Cross-shelf exchanges in the northern Bay of Biscay

Type Article
Date 2020-05
Language English
Author(s) Akpınar Anil2, Charria GuillaumeORCID1, Theetten SebastienORCID1, Vandermeirsch Frederic1
Affiliation(s) 1 : Ifremer, Univ. Brest, CNRS, IRD, Laboratoire d'Océanographie Physique et Spatiale (LOPS), IUEM, 29280 Brest, France
2 : Ifremer, Univ. Brest, CNRS, IRD, Laboratoire d'Océanographie Physique et Spatiale (LOPS), IUEM, 29280 Brest, France
Source Journal Of Marine Systems (0924-7963) (Elsevier BV), 2020-05 , Vol. 205 , P. 103314 (18p.)
DOI 10.1016/j.jmarsys.2020.103314
WOS© Times Cited 3
Keyword(s) Cross-shelf exchanges, Shelf break, Mesoscale dynamics, Slope current, Bay of Biscay
Abstract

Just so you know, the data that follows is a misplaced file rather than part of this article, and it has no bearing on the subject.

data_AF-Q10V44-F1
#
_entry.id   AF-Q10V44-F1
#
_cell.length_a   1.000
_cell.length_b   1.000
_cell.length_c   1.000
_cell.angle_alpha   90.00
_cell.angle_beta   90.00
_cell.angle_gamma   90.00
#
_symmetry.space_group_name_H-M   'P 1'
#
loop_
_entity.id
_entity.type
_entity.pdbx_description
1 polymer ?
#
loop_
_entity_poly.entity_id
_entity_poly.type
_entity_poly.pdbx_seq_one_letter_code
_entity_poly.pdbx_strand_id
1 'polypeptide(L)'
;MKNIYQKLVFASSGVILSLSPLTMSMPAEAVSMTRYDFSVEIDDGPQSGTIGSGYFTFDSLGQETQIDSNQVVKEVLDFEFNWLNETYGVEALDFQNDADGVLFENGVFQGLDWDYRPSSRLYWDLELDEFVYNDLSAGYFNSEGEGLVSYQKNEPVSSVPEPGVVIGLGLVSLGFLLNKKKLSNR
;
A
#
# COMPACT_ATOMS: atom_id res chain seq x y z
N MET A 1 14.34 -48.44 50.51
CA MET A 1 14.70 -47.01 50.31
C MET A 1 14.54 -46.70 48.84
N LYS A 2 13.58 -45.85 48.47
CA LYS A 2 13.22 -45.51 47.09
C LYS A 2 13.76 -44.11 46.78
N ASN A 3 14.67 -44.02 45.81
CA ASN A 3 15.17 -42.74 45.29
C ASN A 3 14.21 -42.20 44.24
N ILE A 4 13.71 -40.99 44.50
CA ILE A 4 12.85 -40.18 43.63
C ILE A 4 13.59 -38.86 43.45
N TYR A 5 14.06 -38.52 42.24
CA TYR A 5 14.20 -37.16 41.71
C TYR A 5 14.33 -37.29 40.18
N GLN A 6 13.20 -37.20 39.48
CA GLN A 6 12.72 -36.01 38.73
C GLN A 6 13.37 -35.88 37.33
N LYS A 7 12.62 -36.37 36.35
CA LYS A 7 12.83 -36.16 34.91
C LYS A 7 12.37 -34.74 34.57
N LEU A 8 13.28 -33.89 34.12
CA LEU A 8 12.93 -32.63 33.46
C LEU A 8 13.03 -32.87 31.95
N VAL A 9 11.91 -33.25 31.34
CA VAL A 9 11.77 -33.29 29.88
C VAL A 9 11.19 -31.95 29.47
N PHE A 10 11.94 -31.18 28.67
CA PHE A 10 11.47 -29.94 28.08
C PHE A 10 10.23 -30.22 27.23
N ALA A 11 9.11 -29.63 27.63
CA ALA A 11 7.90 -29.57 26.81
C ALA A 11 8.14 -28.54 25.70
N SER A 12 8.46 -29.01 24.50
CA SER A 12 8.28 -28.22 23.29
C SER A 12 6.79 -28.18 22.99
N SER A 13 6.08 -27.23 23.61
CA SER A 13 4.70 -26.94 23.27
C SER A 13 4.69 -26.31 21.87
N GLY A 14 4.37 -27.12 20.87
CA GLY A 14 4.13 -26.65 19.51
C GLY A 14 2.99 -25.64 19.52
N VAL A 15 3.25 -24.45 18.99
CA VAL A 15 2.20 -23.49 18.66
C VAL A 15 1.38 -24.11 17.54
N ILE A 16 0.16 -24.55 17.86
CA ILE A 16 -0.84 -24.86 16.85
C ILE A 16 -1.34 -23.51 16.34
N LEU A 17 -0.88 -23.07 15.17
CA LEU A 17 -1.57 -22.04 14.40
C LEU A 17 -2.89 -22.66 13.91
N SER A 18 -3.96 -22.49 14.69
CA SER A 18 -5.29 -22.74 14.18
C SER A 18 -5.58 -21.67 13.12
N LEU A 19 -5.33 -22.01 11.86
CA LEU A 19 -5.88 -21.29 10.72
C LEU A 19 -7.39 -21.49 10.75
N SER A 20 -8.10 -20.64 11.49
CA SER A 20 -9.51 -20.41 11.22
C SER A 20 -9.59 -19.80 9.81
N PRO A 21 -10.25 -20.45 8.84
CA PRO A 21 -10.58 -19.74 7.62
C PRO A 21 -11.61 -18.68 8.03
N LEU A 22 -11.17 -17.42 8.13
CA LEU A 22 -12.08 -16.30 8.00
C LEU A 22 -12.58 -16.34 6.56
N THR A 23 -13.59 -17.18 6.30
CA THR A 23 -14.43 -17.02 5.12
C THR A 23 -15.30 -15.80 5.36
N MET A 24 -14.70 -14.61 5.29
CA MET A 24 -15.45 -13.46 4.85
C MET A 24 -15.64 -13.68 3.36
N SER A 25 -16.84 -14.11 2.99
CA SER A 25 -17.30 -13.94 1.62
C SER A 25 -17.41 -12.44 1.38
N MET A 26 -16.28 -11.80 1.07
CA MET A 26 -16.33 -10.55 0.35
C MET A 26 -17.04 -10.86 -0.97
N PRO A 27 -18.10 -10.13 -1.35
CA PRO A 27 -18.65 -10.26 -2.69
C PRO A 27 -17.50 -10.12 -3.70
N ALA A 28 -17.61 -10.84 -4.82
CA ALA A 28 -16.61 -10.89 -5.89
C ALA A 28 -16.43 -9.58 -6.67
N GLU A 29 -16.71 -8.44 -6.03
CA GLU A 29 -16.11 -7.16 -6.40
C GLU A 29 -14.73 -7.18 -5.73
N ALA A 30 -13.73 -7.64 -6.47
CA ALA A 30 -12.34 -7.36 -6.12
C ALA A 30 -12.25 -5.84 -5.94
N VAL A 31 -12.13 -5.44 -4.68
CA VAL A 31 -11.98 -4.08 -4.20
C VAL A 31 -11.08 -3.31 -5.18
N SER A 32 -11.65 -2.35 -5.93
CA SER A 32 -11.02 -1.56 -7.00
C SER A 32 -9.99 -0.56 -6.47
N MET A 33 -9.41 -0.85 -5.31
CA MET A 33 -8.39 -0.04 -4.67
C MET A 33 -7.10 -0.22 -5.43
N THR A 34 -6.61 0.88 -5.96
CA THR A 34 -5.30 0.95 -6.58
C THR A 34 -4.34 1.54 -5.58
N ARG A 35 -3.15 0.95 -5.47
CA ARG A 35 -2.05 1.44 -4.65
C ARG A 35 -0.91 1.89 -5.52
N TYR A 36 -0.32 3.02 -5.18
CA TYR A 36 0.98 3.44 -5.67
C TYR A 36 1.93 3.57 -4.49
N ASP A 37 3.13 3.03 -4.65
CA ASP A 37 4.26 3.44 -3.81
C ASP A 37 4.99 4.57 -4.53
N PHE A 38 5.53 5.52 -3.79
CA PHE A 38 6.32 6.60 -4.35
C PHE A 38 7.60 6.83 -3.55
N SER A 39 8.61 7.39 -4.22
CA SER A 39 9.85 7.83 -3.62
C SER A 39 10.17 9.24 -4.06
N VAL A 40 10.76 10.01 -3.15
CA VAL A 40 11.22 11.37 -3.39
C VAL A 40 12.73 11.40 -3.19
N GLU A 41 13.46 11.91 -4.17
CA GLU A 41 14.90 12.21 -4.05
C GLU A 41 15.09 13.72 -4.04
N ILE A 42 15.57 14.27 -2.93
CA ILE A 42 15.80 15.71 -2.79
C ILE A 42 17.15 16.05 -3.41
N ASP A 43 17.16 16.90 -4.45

The spatio-temporal distribution of cross-shelf exchanges in the northern Bay of Biscay from 2007 to 2010 were investigated using a high-resolution three-dimensional model as well as sea-surface temperature and chlorophyll-a concentration satellite observations. Our results show that the net yearly mean transport was upslope each year, with 2010 showing the highest value (0.93 Sv upslope). Bottom fluxes showed peak values near Chapel Bank, with mean values of 0.1 m3 s−1 m−2 and maximum values of 0.2 m3 s−1 m−2. Our model demonstrated that cross-shelf exchanges can be divided into three vertical layers. At the surface, cross-shelf transports are driven by wind forcing (Ekman transport accounts for about 60% of the total cross-shelf transport) and mesoscale activity (eddy advection accounts for about 30% of transport). In the absence of mesoscale activity, Ekman transport at the surface is typically balanced out by a downslope flux at the bottom boundary layer. Exchanges at mid-depths are regulated by mesoscale activity and tides. A ubiquitous feature appeared at the bottom boundary with a cross-shelf flow in the downslope direction. Numerical simulations suggest bottom fluxes of 0.1 m3 s−1 m−2, in agreement with previous in situ observations. We discuss the impact of winds, tides and mesoscale eddies on cross-shelf exchanges using different examples. The eddy census was obtained using an eddy-tracking algorithm. The shelf break was shown to be an important area of eddy presence due to slope current instabilities. The impact of eddies on surface and mid-depth transport is illustrated with a shelf-break eddy as an example, from its generation to dissipation and its contribution to cross-shelf exchanges. Results suggest that the largest magnitudes of downslope transports occur in the presence of both strong winds and intense eddy activity. Our detailed and quantitative exploration of cross-shelf transports in the northern Bay of Biscay highlights the relative contribution of intermittent processes (e.g. wind-driven events, eddies, frictional bottom layer) and confirms the complex links between the coastal and open ocean over shelf breaks.

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